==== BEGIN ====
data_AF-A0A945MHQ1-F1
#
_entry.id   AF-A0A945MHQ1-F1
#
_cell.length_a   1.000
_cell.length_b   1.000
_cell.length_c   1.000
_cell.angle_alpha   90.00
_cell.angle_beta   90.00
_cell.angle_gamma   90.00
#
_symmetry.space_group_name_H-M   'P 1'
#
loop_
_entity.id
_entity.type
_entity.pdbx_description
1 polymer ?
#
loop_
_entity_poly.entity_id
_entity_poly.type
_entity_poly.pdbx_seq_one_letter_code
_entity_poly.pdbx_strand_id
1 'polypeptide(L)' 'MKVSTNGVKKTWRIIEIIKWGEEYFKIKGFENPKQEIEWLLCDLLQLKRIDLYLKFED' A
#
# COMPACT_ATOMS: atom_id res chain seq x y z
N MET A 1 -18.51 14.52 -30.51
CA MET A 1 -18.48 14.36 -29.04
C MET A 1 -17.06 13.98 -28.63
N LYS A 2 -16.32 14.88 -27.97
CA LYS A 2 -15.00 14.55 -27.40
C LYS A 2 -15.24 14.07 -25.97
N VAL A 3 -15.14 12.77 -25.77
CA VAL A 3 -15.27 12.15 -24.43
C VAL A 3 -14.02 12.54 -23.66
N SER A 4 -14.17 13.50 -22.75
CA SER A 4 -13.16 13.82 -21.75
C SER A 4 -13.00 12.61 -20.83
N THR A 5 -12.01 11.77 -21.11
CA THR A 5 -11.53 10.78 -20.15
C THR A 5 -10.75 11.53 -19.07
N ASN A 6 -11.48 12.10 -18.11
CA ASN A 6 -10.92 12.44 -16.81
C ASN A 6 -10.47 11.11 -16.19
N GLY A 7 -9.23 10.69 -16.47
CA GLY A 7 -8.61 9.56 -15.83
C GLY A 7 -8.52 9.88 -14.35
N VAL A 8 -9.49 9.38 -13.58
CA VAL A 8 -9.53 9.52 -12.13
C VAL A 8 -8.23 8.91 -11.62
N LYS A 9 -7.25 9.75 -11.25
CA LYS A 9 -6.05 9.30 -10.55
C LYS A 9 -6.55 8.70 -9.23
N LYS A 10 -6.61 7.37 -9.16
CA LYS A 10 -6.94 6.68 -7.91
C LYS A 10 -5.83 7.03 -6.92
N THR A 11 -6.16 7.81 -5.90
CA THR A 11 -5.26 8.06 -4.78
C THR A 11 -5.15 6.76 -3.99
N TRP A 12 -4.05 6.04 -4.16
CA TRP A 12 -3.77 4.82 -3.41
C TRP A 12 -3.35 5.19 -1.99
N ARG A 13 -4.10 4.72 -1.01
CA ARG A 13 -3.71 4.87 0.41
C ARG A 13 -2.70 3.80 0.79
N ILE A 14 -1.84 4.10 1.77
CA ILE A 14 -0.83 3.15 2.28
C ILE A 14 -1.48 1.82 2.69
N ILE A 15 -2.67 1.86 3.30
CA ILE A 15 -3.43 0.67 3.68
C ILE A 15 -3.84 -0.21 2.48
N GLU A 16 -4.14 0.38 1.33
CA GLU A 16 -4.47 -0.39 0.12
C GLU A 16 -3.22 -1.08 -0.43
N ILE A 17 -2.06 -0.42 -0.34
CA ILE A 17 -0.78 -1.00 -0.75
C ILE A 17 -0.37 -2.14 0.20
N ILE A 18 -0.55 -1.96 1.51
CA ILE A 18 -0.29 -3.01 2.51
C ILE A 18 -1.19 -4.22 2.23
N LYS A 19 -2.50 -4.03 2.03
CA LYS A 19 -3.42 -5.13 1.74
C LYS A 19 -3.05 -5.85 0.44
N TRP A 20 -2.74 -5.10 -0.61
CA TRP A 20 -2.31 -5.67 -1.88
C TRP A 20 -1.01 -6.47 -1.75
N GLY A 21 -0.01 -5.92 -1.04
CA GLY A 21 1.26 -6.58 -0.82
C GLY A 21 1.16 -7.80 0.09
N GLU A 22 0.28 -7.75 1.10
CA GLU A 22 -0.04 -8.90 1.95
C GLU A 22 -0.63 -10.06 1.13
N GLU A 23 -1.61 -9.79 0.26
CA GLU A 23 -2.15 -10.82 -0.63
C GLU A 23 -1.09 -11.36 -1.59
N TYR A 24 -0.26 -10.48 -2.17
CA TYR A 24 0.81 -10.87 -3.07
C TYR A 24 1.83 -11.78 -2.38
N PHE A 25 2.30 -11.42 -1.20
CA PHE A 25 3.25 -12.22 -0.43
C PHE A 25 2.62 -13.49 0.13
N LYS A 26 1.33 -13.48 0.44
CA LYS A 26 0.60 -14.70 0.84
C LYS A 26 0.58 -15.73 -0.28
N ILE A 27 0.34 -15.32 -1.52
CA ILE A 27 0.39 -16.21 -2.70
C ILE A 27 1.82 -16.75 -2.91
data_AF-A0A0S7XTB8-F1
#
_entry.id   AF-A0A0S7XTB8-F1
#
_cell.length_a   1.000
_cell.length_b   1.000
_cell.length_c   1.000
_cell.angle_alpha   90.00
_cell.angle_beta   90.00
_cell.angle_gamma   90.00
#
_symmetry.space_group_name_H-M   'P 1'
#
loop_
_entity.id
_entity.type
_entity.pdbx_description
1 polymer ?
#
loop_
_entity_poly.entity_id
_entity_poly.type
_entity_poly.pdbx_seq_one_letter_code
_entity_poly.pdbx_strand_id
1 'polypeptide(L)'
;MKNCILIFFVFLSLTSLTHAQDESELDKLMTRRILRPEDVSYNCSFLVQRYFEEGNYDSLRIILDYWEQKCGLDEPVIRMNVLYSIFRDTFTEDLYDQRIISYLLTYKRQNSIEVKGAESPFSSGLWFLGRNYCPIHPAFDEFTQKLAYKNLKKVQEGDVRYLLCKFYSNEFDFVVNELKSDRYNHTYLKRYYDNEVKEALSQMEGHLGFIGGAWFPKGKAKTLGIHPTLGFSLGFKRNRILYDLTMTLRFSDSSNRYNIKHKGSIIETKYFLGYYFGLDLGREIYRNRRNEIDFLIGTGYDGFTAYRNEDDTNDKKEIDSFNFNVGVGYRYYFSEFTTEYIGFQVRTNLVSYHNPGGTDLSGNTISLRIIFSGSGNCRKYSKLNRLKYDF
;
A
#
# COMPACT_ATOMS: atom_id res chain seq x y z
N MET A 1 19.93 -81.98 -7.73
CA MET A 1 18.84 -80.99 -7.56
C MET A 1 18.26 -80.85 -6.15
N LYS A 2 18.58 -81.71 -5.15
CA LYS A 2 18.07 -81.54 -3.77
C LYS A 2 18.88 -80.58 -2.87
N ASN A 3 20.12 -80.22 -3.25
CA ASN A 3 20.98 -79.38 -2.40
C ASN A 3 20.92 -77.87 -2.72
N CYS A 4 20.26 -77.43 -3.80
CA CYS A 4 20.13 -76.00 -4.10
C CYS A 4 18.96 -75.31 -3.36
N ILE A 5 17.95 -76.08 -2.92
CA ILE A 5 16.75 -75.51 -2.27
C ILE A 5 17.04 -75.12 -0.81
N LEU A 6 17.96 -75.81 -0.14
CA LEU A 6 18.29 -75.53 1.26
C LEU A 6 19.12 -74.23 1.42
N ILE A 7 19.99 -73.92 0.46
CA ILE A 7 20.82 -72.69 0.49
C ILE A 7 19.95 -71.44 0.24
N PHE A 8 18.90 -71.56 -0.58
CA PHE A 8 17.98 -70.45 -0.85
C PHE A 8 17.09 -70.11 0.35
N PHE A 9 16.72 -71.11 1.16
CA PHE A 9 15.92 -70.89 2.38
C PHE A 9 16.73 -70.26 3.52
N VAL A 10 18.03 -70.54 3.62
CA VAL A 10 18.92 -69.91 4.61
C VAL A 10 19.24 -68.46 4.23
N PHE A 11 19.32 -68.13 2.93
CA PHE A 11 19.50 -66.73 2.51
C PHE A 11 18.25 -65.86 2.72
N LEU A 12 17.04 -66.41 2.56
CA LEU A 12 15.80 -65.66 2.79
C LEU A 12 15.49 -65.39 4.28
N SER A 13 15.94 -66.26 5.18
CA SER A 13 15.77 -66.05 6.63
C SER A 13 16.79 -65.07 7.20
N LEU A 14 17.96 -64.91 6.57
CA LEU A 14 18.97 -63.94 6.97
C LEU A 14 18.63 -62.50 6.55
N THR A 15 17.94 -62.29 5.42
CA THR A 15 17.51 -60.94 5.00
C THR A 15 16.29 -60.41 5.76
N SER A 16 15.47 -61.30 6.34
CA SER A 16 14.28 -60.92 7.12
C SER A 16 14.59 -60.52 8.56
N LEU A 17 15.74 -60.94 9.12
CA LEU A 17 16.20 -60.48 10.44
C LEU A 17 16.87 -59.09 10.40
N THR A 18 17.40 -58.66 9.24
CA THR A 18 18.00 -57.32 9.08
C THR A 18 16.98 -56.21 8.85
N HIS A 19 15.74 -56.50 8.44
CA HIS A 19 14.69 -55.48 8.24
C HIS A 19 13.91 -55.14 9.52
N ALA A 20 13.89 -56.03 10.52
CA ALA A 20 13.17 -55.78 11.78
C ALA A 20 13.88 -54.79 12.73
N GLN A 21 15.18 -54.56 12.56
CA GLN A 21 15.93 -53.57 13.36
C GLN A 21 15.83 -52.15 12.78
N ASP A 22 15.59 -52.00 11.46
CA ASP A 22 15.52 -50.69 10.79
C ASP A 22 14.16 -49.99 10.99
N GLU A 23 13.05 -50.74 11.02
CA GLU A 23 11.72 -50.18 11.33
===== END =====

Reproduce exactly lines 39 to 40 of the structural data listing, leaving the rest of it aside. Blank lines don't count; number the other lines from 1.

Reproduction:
C SER A 4 -13.00 12.61 -20.83
N THR A 5 -12.01 11.77 -21.11